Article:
Duane Bannock and Hal Smalley are running for the Assembly District 2-Kenai seat.
1. What experience will you draw on in evaluating the borough’s $80 million budget?
Duane Bannock, District 2: My work experience includes time the KPB Mayor’s Office working with department and Service Area heads in preparation of their budgets and assisting in their presentation to the Assembly. Also, as a Kenai City Councilmember, I have been a part of the budget approval process and as a State of Alaska division director, I actively participated in the creation of the annual budget before presenting it to my administration supervisors (Commissioner’s office) and to the Alaska Legislative Finance sub-committees. Perhaps even more importantly, my practical budgeting experience comes as a homeowner that has leaned that you simply cannot spend more than you earn.
Hal Smalley, District 2: I have served on the Assembly before and I bring my record of always doing my homework. That includes seeking input from administration, department supervisors, the public and dialogue with assembly members. I understand the importance of budget history and projections for the future. I also have participated in creating priority project lists for both state and national funding. I have demonstrated a willingness to work with the rest of the assembly members to search out areas of common concern and interest to find solutions. We can only do this by working together.
2. Do you think the borough provides an adequate level of services?
Bannock: Adequate is an excellent description of the services provided by the KPB.
However, these services can be improved on! The Solid Waste Department is an area that can improved from ‘adequate’ to ‘OUTSTANDING!’ For decades, both the Central Peninsula Landfill as well as the many Transfer Station Site locations were available to the public seven days per week all year. Today, citing ‘budget-cuts’ both are now closed on Sundays for six months out of the year. Sadly, the cost to the 2017 budget still increased, even after cutting the service provided.
Smalley: With our three areas of responsibility the Borough has a big job: school funding, solid waste management and facilities, and construction and maintenance of roads. Service areas add complexity, but are proposed by residents in those areas and financed through self-imposed mill rates. At this point in time, I don’t see a need for increased services.
3. Has the borough struck the right balance between property tax, sales tax and other revenue sources? Are there changes you would propose?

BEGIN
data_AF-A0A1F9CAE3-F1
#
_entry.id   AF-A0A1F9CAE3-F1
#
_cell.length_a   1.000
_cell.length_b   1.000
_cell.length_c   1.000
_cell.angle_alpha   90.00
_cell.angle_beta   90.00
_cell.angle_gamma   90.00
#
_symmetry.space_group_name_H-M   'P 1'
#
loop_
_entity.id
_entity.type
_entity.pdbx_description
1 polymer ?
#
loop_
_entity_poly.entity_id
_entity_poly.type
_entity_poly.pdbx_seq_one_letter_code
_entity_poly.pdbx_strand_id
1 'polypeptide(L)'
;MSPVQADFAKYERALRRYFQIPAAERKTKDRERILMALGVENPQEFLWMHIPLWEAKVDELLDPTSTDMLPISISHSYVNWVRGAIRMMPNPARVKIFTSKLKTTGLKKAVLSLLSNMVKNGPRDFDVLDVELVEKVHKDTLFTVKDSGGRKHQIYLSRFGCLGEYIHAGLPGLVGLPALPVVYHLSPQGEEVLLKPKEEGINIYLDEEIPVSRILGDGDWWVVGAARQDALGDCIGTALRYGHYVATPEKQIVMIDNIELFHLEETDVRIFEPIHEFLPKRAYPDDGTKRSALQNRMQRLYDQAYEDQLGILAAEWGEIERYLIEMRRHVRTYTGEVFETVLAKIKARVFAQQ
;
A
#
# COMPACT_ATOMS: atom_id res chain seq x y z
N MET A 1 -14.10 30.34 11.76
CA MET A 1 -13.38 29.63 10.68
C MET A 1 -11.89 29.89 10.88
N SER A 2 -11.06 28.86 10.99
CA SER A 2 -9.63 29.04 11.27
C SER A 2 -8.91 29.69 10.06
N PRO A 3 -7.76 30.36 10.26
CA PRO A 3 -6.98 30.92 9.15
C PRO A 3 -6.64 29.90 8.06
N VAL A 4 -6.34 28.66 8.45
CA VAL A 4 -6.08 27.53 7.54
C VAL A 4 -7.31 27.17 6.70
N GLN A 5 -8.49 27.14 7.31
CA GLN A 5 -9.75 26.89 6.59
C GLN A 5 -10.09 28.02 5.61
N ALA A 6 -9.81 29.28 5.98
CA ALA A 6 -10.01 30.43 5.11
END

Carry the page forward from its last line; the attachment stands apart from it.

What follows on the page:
Bannock: Both Sales &Property tax revenues are direct reflections of our local economy. Right now, while sales are down (and subsequent revenue derived) home and property values seem to mysteriously increase leading to greater revenue to the KPB. My goal as an Assembly member is to maintain consistency in the mil levy as well as sales tax rate and its respective parameters.
Smalley: Over the years, the borough has worked to provide the right balance, however; with the difficult times and financial shortages, the borough has had to borrow from its fund balance/budget reserve to balance the budget. This process is not sustainable. The borough needs to consider finding new revenues, looking to additional budget cuts/adjustments and even potentially combining some departments. Several factors will determine the amount of money needed to balance this coming year’s budget. Proposition 3 is a ballot measure which would change the sales tax cap – to $1000 from the existing $500 that was established in 1965, more than 50 years ago. This alone would generate around $3,000,000. If a single purchase is at the $1000 level, the sales tax increase would be an additional $30.00. Public input and current financial information will be critical to solving budget issues. The results of the vote on Proposition 3 will help us plan.
4. What do you see as the biggest challenges facing the borough in the next three years?
Bannock: Annual budget deficit and more debt are my top concerns. Today, our budget will draw on saving to fill a $4.0 million hole. The good news is: we have that much in our saving account and, even after that draw, our ‘fund-balance’ remains at its recommended level (~$18.0 million). However, with Preposition 2 asking to borrow up to $5.0 million more and Proposition 3 asking voters to pay up to $5.0 million more in sales tax, I’m in this race to be elected with cost-cutting as a viable alternative.
Smalley: Economic Development: Tourism and small business development bolster our economy and can use strengthening. The borough also needs to continue addressing the issue of a North Slope gas pipeline with terminus on the peninsula.
Education Funding: Continuing discussions are important between the school district and the borough concerning our joint goal of providing high quality educational programming. As a borough, we need to look at potential additional revenues sources to help fund our share of educational costs, while the school district should be encouraged to continue to develop and implement innovative cost saving mechanisms. Our children are our present and future.
KPB Budget: The assembly has its work cut out for it as we work to find ways to balance the budget in an equitable and sustainable manner with the guidance of our citizens and administration. There are no simple fixes because each part of the budget is important to its shareholders.